Timely reporting of environmental emergencies

Updated: 2011-09-15 09:19


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JINAN-- The government is mulling rules to punish those who fail to perform their duties to timely report major pollution cases, according to a senior official with the Ministry of Environmental Protection (MEP).

The MEP and the Ministry of Supervision will jointly release the regulations on questioning the responsibilities of relevant parties in failing to deal with major environmental emergencies properly, said MEP Vice-Minister Zhang Lijun Wednesday at a meeting on the safety of drinking water sources.

Zhang did not reveal when the rules will be released, but said that local governments will be required to immediately report all cases of pollution that could threaten the safety of drinking water.

Figures from the ministry show that 70 percent of the 49 major environmental emergencies that occurred between 2006 to 2010 concerned the safety of drinking water.

More than 20 environmental emergencies related to drinking water have been reported so far this year.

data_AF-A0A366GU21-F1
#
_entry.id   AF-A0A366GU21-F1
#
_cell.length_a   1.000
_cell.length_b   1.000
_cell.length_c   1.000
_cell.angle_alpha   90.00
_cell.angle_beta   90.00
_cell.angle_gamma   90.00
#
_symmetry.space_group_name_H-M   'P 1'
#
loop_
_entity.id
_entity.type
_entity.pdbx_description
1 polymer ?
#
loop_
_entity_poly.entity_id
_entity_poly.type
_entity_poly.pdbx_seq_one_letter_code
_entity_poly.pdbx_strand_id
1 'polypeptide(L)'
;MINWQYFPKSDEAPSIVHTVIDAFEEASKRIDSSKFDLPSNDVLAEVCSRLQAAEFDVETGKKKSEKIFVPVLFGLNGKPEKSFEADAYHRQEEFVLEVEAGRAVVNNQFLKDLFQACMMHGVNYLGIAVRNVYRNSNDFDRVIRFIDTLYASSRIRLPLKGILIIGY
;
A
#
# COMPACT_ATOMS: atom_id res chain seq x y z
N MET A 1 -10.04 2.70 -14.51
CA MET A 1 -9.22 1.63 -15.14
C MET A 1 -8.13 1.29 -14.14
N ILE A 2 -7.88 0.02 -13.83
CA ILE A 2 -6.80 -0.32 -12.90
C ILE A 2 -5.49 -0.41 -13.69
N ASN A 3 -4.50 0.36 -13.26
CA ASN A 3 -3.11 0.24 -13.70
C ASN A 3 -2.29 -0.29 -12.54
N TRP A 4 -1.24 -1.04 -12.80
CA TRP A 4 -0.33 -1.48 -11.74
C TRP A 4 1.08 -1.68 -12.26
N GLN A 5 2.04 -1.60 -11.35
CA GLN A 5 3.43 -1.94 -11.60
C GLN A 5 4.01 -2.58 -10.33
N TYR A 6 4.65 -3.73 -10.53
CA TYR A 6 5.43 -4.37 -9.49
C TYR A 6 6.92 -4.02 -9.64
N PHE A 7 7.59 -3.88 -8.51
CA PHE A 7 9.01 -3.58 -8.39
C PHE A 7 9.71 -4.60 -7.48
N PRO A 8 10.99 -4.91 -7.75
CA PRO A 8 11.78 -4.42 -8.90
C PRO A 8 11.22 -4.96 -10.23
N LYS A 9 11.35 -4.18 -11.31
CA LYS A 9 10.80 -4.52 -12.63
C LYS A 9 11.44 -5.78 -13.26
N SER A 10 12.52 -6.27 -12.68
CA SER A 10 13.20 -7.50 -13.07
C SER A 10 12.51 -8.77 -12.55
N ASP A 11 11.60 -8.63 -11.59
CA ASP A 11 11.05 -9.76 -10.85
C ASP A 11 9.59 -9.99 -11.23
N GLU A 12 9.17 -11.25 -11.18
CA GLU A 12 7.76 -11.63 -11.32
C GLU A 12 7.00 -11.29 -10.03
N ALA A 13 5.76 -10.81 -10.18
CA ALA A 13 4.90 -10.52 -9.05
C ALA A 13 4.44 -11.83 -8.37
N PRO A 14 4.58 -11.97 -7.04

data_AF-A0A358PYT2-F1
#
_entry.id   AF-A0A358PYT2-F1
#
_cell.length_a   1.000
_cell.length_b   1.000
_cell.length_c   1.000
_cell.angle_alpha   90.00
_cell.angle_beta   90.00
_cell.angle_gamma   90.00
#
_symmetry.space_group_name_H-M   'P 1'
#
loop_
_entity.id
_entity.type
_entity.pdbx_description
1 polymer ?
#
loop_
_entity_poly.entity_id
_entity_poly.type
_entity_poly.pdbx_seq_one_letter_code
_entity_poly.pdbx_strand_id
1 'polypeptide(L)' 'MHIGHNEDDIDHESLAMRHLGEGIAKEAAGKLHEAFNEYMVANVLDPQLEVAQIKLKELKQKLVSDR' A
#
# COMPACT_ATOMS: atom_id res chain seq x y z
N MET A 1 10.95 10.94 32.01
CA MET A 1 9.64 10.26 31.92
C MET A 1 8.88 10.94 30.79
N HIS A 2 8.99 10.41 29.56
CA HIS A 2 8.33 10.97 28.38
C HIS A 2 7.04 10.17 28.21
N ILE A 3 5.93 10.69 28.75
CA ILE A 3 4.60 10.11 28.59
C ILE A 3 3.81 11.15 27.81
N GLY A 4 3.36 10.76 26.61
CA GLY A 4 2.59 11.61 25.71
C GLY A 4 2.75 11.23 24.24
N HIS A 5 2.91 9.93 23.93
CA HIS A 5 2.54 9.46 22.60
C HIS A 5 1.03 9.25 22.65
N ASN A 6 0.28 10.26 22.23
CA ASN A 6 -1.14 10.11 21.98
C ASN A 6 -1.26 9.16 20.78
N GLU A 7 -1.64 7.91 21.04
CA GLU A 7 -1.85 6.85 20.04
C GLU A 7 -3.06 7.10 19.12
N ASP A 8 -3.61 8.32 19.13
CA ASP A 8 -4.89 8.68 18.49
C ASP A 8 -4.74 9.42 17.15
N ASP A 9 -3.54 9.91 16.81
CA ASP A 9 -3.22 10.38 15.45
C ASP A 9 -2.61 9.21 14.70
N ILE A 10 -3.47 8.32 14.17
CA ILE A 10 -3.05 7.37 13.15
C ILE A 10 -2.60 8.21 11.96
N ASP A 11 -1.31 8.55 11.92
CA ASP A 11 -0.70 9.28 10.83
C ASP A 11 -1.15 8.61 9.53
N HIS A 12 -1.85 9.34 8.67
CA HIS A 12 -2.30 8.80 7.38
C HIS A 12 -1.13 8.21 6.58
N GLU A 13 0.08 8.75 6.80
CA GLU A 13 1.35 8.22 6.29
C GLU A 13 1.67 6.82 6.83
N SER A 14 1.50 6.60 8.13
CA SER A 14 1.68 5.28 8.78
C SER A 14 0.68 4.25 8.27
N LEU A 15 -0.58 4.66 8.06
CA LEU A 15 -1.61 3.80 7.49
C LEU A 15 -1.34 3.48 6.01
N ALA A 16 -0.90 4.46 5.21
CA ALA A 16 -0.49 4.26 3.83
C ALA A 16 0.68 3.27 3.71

Zhang noted various problems existing in the country's current drinking water management such as insufficient information transparency, inadequate risk prevention and measures to deal with emergencies and the lack of an effective system to pursue punishment for individuals and groups with malpractices.

According to Zhang, "a bunch of" locations with drinking water sources are not entitled as reserve areas, and many such areas have been polluted by water upriver.

Zhang said the country will set up a mechanism to protect drinking water sources in five years and use remote sensing satellites to monitor the distribution of harmful materials in these areas.